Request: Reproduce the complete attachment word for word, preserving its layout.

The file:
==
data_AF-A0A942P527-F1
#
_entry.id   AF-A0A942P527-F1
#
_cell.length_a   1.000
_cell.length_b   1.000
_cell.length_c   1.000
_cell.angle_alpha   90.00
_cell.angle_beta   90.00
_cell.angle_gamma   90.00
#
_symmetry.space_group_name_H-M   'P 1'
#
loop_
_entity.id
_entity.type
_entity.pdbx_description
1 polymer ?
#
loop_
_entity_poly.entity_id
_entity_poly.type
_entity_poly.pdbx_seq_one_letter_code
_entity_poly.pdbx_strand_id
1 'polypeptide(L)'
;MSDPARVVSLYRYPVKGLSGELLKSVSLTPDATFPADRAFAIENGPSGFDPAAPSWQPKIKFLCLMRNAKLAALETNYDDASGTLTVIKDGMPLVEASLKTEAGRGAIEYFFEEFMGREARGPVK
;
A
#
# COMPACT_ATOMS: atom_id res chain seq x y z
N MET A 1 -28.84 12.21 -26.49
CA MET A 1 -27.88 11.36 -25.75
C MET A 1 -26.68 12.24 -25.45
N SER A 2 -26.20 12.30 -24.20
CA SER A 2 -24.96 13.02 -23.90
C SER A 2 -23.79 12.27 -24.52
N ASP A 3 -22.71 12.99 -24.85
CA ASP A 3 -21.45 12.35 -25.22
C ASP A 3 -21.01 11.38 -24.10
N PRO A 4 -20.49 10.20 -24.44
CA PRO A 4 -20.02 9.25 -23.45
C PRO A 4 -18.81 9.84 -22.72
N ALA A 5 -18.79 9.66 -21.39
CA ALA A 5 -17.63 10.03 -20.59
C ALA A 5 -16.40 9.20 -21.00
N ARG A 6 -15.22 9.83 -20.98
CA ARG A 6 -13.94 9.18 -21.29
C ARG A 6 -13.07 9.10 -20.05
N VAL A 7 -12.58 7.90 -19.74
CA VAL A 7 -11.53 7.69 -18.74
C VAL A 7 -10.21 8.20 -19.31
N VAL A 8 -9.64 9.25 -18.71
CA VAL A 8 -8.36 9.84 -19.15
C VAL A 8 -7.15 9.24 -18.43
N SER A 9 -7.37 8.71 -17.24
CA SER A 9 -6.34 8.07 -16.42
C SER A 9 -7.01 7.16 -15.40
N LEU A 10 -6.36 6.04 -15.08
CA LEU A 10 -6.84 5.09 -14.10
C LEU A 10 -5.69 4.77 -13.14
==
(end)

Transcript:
data_AF-A0A942P527-F1
#
_entry.id   AF-A0A942P527-F1
#
_cell.length_a   1.000
_cell.length_b   1.000
_cell.length_c   1.000
_cell.angle_alpha   90.00
_cell.angle_beta   90.00
_cell.angle_gamma   90.00
#
_symmetry.space_group_name_H-M   'P 1'
#
loop_
_entity.id
_entity.type
_entity.pdbx_description
1 polymer ?
#
loop_
_entity_poly.entity_id
_entity_poly.type
_entity_poly.pdbx_seq_one_letter_code
_entity_poly.pdbx_strand_id
1 'polypeptide(L)'
;MSDPARVVSLYRYPVKGLSGELLKSVSLTPDATFPADRAFAIENGPSGFDPAAPSWQPKIKFLCLMRNAKLAALETNYDDASGTLTVIKDGMPLVEASLKTEAGRGAIEYFFEEFMGREARGPVK
;
A
#
# COMPACT_ATOMS: atom_id res chain seq x y z
N MET A 1 -28.84 12.21 -26.49
CA MET A 1 -27.88 11.36 -25.75
C MET A 1 -26.68 12.24 -25.45
N SER A 2 -26.20 12.30 -24.20
CA SER A 2 -24.96 13.02 -23.90
C SER A 2 -23.79 12.27 -24.52
N ASP A 3 -22.71 12.99 -24.85
CA ASP A 3 -21.45 12.35 -25.22
C ASP A 3 -21.01 11.38 -24.10
N PRO A 4 -20.49 10.20 -24.44
CA PRO A 4 -20.02 9.25 -23.45
C PRO A 4 -18.81 9.84 -22.72
N ALA A 5 -18.79 9.66 -21.39
CA ALA A 5 -17.63 10.03 -20.59
C ALA A 5 -16.40 9.20 -21.00
N ARG A 6 -15.22 9.83 -20.98
CA ARG A 6 -13.94 9.18 -21.29
C ARG A 6 -13.07 9.10 -20.05
N VAL A 7 -12.58 7.90 -19.74
CA VAL A 7 -11.53 7.69 -18.74
C VAL A 7 -10.21 8.20 -19.31
N VAL A 8 -9.64 9.25 -18.71
CA VAL A 8 -8.36 9.84 -19.15
C VAL A 8 -7.15 9.24 -18.43
N SER A 9 -7.37 8.71 -17.24
CA SER A 9 -6.34 8.07 -16.42
C SER A 9 -7.01 7.16 -15.40
N LEU A 10 -6.36 6.04 -15.08
CA LEU A 10 -6.84 5.09 -14.10
C LEU A 10 -5.69 4.77 -13.14